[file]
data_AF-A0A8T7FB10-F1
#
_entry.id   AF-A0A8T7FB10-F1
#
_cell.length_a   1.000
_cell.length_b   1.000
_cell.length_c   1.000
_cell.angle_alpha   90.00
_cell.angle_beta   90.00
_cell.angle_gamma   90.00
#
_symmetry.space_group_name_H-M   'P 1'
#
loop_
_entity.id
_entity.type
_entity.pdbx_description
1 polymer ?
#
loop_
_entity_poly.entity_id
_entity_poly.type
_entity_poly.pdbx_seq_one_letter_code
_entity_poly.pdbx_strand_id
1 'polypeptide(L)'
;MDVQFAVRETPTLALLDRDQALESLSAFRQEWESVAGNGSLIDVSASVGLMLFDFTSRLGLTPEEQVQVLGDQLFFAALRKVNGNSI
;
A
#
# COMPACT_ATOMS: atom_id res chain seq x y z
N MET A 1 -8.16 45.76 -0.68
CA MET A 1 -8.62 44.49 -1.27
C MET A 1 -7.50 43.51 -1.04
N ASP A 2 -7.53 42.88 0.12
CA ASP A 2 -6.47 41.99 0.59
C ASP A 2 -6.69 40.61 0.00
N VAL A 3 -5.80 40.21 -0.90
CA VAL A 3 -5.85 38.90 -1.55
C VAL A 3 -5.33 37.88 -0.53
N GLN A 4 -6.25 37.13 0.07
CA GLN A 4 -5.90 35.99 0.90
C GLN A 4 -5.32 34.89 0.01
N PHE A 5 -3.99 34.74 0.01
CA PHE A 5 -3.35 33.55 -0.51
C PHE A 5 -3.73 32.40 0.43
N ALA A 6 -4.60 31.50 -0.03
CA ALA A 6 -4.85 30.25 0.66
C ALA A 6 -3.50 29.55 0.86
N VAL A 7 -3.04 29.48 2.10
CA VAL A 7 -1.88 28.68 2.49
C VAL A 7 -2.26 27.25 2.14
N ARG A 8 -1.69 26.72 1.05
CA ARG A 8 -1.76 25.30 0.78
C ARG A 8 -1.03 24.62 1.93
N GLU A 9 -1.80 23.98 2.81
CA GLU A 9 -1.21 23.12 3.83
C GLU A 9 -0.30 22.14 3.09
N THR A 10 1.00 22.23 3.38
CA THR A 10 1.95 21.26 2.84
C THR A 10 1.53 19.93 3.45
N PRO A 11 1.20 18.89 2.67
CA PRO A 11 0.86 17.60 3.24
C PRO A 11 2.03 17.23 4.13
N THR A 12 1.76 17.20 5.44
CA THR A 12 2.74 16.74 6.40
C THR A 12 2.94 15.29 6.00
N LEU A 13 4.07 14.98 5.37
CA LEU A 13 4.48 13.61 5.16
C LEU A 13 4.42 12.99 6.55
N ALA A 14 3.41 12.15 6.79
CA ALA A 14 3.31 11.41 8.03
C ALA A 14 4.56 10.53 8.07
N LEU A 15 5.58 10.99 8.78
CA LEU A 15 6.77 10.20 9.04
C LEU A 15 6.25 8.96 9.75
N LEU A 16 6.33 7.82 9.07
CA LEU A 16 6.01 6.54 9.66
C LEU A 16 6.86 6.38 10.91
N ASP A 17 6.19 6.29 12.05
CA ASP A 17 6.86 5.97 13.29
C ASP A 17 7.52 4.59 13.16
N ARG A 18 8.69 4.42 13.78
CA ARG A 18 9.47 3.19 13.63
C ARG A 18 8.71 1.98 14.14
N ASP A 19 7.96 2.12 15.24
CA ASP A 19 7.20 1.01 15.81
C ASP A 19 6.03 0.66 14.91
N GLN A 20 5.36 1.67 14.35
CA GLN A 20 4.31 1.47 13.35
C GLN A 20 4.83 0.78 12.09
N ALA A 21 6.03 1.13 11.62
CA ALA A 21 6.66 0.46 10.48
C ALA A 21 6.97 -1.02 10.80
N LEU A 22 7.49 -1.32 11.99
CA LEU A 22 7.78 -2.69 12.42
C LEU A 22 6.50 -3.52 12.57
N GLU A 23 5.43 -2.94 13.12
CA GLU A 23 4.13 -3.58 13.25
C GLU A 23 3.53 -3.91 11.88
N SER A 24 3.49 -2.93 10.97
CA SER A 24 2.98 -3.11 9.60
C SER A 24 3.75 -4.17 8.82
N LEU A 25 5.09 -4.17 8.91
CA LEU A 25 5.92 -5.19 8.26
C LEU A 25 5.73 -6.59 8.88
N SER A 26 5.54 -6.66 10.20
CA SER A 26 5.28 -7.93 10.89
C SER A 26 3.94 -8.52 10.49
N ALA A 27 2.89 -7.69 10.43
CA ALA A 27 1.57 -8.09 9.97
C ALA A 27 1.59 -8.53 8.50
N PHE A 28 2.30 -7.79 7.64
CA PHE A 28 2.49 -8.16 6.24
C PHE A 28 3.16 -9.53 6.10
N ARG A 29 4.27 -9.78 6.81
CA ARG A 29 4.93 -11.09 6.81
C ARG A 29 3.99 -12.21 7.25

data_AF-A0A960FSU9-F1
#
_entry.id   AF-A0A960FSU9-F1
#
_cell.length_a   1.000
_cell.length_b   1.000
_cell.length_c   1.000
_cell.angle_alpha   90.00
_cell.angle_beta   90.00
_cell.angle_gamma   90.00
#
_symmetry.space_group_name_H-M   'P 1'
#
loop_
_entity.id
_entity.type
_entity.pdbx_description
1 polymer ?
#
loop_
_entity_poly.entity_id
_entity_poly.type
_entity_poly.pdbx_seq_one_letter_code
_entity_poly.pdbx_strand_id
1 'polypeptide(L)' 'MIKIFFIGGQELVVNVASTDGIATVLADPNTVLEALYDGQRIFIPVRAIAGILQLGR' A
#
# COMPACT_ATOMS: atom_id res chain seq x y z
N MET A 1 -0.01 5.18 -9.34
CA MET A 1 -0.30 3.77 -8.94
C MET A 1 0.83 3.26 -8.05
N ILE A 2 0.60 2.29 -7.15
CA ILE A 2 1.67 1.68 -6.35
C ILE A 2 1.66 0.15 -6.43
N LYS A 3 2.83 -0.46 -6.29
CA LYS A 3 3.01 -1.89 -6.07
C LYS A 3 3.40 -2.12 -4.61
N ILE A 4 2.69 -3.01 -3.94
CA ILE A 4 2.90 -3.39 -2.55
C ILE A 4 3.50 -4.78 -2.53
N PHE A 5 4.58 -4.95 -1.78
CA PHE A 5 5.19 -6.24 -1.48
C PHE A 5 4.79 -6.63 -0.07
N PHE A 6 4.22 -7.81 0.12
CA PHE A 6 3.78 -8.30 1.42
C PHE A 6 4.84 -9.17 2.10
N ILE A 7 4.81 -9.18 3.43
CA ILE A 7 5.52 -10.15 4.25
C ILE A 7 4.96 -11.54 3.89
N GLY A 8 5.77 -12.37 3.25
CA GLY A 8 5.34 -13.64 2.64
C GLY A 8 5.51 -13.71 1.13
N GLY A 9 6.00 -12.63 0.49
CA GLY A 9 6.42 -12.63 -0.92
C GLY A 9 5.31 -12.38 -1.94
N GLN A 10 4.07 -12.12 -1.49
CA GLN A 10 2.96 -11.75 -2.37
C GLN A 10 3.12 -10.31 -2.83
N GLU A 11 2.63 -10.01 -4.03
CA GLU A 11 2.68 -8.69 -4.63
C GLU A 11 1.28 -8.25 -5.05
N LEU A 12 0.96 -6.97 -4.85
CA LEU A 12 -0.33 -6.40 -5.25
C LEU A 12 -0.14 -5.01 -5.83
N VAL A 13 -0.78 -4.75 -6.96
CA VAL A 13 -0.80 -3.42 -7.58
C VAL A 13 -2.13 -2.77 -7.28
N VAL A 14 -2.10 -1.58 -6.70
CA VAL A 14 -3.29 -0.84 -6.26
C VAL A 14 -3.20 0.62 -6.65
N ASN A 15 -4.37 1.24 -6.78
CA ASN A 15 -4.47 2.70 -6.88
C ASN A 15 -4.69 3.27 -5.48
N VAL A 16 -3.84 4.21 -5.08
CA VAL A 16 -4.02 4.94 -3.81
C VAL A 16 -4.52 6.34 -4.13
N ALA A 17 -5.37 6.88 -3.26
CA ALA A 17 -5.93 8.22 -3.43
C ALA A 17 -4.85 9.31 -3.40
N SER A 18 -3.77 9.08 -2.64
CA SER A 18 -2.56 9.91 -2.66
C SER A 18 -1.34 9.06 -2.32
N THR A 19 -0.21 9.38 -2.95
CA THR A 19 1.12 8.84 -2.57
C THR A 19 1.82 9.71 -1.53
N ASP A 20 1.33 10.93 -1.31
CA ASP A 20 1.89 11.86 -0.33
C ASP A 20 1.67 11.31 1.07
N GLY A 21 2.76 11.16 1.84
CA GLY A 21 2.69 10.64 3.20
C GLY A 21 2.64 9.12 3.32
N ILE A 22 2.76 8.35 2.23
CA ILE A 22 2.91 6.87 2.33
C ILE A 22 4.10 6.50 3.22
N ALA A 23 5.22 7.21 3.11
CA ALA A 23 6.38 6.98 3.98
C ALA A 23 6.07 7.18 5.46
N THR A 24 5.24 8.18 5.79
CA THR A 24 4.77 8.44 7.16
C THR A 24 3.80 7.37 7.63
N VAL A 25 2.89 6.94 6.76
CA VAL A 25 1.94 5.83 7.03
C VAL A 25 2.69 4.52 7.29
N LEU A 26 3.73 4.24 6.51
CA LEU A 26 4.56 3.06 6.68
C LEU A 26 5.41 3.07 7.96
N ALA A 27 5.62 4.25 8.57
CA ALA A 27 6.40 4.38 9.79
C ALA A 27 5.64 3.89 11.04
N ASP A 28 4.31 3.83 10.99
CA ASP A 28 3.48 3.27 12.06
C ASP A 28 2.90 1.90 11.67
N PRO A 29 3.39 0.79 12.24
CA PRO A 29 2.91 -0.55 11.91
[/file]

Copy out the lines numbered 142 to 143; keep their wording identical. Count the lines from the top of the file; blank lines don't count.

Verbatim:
1 'polypeptide(L)' 'MIKIFFIGGQELVVNVASTDGIATVLADPNTVLEALYDGQRIFIPVRAIAGILQLGR' A
#